Across mineral rich and developing regions of the world, substantial natural resource wealth rests with Indigenous and tribal communities. And yet, throughout the world, Indigenous Peoples have historically suffered disproportionately from negative impacts of extractive activities in their territories: : lack of consent, control, recognition, and benefit, and even outright theft and violence.
In line with a multi-year effort to bring the United States into line with the international standards outlined by the Extractives Industry Transparency Initative, the USEITI released its first annual report on December 15, 2015 and launched a website making available all of the data from which the report draws. This information ranges from royalites paid to tax breaks to production volumes for the extractives industry in the United States and can all be downloaded by members of the public.
The Global Roundtable on Sustainable Beef recently approved the CBI-led report on aligning country and regional rountables to the Global Roundtable. The report was conceived following a six-month long process to develop guidance framework with many members of the GRSB, and it outlines the "Global to Local" initative the Rountable is in the process of undertaking. The report's recommendations were ratified by the Board in December 2015.
Henrik Selin, Associate Professor, and Adil Najam, Dean of the Pardee School of Global Studies at Boston University, contributed a great piece to The Coversation last month on the key takeaways from the new Paris Agreement.
At 7:27 pm local time Saturday, December 12th, 2015, a new Paris Agreement on global climate change was born after four years of taxing labor. Its much-anticipated birth was quickly followed by copious self-congratulations by many of the parents in the room who almost all were overcome by joy and bursting with pride.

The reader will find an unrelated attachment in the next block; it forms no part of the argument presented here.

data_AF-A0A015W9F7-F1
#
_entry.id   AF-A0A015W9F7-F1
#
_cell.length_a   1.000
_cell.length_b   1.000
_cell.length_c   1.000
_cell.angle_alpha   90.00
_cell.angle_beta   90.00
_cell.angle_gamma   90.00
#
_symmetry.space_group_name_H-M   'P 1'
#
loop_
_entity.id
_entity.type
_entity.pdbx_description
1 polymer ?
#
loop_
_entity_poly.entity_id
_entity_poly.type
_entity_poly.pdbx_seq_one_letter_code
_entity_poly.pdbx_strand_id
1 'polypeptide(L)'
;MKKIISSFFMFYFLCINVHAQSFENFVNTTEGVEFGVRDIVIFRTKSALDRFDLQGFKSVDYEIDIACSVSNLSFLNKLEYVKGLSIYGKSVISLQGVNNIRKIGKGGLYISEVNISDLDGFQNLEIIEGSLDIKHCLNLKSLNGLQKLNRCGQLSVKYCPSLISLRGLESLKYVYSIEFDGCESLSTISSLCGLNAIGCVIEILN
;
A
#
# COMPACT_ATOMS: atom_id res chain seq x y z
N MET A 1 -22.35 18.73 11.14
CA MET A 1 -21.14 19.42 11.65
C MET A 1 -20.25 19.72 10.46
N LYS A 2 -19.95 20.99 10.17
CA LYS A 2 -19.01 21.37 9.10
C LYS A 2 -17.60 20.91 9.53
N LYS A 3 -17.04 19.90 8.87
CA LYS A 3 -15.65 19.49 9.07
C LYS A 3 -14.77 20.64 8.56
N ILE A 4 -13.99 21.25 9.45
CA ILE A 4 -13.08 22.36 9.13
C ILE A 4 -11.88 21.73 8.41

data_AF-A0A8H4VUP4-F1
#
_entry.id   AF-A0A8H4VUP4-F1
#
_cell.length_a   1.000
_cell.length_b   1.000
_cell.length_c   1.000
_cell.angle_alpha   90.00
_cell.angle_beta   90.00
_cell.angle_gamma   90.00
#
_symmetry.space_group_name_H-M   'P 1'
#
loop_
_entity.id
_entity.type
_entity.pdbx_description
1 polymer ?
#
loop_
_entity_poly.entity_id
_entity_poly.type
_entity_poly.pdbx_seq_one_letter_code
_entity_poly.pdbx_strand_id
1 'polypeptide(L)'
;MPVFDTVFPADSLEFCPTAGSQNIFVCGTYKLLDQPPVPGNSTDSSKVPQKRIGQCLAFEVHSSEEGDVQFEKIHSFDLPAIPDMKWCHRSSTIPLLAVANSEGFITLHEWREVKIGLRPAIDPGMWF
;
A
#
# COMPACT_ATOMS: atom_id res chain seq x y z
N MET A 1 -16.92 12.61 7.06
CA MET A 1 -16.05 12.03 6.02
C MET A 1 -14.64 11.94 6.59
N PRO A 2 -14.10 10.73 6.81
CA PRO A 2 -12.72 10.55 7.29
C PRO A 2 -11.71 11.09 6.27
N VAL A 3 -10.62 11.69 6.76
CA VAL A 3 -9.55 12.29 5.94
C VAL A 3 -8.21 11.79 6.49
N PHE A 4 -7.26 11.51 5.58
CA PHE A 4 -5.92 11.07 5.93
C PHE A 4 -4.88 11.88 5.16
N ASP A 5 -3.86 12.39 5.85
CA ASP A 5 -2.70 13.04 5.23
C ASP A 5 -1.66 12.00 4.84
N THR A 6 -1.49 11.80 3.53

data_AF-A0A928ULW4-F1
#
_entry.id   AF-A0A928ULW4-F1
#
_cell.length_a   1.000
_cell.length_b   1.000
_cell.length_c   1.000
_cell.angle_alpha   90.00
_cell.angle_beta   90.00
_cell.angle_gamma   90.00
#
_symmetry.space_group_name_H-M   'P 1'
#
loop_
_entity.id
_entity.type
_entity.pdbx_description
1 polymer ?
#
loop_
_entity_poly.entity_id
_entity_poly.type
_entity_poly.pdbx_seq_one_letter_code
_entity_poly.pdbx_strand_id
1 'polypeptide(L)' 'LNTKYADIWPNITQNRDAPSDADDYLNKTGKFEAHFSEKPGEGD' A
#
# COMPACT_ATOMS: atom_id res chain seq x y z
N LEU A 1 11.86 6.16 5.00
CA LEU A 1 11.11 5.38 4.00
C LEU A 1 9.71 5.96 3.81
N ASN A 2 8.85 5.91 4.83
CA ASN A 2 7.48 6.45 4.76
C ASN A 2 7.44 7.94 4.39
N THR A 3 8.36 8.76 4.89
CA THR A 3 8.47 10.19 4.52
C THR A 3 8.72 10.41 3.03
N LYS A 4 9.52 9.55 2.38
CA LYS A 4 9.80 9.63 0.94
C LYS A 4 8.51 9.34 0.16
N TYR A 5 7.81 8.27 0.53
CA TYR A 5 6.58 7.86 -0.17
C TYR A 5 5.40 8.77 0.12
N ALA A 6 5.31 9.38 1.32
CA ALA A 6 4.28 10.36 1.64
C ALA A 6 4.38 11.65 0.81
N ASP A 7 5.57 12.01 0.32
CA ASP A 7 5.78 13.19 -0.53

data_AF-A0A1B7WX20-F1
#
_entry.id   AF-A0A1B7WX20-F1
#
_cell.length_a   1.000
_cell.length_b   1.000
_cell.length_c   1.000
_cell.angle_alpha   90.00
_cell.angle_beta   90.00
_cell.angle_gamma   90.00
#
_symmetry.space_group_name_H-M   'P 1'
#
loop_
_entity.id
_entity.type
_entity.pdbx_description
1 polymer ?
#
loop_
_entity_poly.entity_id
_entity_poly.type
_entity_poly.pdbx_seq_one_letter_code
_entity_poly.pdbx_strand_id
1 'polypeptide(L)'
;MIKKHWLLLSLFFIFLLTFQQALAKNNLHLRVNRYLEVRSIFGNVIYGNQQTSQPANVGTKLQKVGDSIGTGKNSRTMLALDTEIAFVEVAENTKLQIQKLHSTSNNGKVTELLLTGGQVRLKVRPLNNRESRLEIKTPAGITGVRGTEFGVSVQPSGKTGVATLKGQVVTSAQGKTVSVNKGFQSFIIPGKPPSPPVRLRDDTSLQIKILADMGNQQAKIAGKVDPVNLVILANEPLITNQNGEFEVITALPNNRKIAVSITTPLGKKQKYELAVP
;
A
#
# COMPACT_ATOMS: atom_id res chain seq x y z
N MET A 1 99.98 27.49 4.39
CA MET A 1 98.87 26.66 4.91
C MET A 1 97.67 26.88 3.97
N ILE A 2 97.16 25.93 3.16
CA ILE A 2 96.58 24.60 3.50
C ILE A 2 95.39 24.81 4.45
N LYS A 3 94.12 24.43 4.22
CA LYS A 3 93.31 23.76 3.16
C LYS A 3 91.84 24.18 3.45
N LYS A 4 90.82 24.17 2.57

Two substantive, collaboration-seeking projects, the Education Reimagined initiative and the Project on Nutrition and Wellness, were recently profiled in the New York Times' Opinionator blog in a post by David Bornstein. CBI has worked closely with Convergence to design the process and facilitate vast, iterative, multi-stakeholder dialogues over the lifespan of these projects.
In the wake of Hurricane Sandy in 2012, there was a question of what the future looked like for the residents of Smith Island in Maryland, the last occupied island in the Chesapeake Bay that can only be reached by boat. While the hurricane demonstrated the threat of natural disasters for coastal communities, residents knew it was only one of the many threats to their way of life.
As California continues to face pressing issues of water management, the creation of a groundwater sustainability agency (GSA) looms ahead. Senior Mediator Gina Bartlett, who has been arms-deep in the creation process, contributed a post today for the Groundwater Act blog on building consensus. A snippet of that blog post is included below:
We've spent far too much time thinking about the global causes of climate change, and not nearly enough worrying about the local impacts that climate change is already having on coastal communities. The distinction is important. Most of the people pushing for reductions in greenhouse gas emissions are environmentalists or experts worried about future generations.
This post originally appeared on CBI Founder and Chief Knowledge Officer Larry Susskind's blog, The Consensus Building Approach.